Tropical Storm Matthew strengthened to a hurricane Thursday afternoon and will likely continue intensifying on a track that could take it across Cuba early next week.
In their 2 p. m. advisory, National Hurricane Center forecasters said Matthew was located 190 miles northeast of Curacao, with sustained winds reaching 75 mph. The storm had sped up to 17 mph and is expected to continue strengthening over the next two days.
Hurricane force winds extend 70 miles from the center with tropical storm force winds reaching about 205 miles and blowing strongest on the storm’s northeast side.
A ridge of deep warm air continued to steer the storm west. But over the next two days, the storm should round the corner and make a turn north, forecasters said.
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Where that turn occurs would determine whether Matthew cuts across Cuba, Haiti, or in between. Forecasters said Thursday computer models leaned more toward a path over Cuba, taking the storm’s center across the island’s eastern end in the next four days. But two other models show a slower moving storm crossing Hispaniola. While the spread between the models narrowed Thursday, forecasters warned there was still a good deal of uncertainty about the track beyond three days.
On Thursday, hurricane-stifling wind shear picked up. Forecasters said the shear was likely to fade over the next three days, allowing Matthew to strengthen. However, the models again disagree on predicting shear, a key factor in the storm’s strength and future track.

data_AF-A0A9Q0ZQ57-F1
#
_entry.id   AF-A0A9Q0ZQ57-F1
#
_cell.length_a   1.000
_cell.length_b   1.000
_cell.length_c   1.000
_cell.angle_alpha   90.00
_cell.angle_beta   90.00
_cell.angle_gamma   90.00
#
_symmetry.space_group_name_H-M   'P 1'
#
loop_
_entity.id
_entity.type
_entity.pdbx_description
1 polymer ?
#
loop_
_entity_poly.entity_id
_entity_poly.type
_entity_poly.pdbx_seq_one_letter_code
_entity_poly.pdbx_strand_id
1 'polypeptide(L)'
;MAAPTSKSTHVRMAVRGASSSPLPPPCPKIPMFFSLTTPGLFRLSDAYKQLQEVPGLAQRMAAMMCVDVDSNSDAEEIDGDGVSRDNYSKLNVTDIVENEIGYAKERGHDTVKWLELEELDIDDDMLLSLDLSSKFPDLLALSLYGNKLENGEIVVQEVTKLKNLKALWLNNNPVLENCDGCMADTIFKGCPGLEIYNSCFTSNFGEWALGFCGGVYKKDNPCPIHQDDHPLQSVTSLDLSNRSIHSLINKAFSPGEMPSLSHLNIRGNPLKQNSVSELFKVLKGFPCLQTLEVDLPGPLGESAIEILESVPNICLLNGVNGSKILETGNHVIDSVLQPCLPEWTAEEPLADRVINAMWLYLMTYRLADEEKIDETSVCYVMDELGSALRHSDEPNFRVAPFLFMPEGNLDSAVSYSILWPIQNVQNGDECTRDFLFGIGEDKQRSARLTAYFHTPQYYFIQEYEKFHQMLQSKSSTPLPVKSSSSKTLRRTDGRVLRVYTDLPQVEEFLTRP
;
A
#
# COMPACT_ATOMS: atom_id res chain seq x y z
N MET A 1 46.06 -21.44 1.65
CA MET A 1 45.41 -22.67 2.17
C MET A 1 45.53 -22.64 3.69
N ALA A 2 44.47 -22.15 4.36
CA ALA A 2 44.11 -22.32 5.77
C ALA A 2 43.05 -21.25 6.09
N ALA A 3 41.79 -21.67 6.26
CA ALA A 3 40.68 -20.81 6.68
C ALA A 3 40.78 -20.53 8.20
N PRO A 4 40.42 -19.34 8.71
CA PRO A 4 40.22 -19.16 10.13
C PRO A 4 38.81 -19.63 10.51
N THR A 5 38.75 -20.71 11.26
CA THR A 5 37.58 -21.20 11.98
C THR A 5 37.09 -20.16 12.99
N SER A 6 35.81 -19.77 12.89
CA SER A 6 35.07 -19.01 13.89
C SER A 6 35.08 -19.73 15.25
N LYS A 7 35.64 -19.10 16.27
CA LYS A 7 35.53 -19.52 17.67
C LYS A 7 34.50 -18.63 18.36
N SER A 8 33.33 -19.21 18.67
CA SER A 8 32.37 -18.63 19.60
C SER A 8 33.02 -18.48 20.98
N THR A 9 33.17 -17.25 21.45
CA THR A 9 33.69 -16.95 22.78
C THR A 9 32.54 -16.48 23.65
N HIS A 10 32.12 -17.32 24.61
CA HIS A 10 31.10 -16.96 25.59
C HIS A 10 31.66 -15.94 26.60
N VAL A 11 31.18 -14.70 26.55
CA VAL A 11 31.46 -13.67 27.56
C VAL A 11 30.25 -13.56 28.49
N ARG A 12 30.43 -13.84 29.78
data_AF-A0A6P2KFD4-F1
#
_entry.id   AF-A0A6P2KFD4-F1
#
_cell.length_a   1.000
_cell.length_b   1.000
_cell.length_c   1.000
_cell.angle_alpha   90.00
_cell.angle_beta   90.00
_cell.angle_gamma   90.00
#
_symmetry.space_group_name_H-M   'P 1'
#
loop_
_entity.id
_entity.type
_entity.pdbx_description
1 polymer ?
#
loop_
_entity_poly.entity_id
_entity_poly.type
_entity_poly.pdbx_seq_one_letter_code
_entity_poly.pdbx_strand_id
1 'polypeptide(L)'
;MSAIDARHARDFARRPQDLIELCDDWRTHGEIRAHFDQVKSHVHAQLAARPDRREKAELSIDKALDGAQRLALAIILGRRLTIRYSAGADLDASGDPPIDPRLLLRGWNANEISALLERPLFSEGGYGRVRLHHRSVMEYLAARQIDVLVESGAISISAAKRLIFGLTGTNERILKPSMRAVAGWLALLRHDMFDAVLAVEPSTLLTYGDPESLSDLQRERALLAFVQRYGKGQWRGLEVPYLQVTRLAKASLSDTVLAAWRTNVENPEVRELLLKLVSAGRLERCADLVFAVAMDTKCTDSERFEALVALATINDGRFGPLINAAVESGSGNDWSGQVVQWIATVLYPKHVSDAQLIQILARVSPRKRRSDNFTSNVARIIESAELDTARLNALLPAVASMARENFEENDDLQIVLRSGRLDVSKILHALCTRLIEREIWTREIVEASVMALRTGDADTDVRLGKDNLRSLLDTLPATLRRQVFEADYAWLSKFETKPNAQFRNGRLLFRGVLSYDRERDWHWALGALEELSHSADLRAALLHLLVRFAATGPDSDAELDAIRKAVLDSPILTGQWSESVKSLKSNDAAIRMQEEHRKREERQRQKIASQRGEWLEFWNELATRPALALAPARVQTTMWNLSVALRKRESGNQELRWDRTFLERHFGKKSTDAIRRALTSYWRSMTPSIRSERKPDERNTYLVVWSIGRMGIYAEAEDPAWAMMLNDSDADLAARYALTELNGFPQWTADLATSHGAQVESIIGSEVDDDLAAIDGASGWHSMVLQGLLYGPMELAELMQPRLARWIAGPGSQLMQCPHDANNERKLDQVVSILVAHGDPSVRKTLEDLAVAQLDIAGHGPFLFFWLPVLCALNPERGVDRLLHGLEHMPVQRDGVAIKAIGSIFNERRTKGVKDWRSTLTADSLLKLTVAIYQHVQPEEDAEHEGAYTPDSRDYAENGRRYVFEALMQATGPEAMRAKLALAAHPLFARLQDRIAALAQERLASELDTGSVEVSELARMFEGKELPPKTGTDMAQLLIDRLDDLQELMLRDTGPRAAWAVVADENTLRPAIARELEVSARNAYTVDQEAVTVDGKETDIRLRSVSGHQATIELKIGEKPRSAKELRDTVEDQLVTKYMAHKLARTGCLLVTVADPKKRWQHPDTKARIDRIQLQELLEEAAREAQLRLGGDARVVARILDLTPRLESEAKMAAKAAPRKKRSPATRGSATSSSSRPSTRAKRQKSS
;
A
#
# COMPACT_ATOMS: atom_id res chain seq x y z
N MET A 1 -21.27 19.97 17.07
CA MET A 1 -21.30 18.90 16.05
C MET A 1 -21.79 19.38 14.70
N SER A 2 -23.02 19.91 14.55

With so much warm water and faltering wind shear ahead, forecasters worry Matthew could rapidly strengthen, giving flood-prone countries including Haiti and Cuba little time to prepare. Having such uncertainty about the track makes preparations even more worrisome. In his blog for Weather Underground, meteorologist Jeff Masters said some questions could be cleared up when a G-IV hurricane hunter, nicknamed Gonzo and out of commission since August, investigates the storm.
Unlike other missions, the high altitude Gonzo scouts out the environment around and ahead of the storm at altitudes between 41,000 and 46,000 feet to give forecasters a better bead on the storm’s track, said hurricane center spokesman Dennis Feltgen. Past flights have improved forecasts by as much as 20 percent, he said.
“So that G-4 data is very important,” he said.
Two flights are scheduled, tonight and again tomorrow, for the Tampa-based plane over the Central Caribbean and the Bahamas, Feltgen said. A model crunching data from the 29 dropsonde sensors dropped from the plane should begin producing the first new track by late Thursday, he said.
Masters also warned that despite track discrepancies now in models, they agree that Matthew will almost surely be a hurricane by the time it makes landfall, possible as a Cat 2 storm.
On Wednesday, Matthew pounded Barbados with heavy winds. Authorities placed the island on lock down, Barbados Today reported, which was lifted early Thursday.
A tropical storm watch remained in effect for Bonaire, Curacao and Aruba, which will likely beginning feeling the storm’s force later today. Forecasters upped their rain estimates to between 2 and 4 inches across the islands through Friday.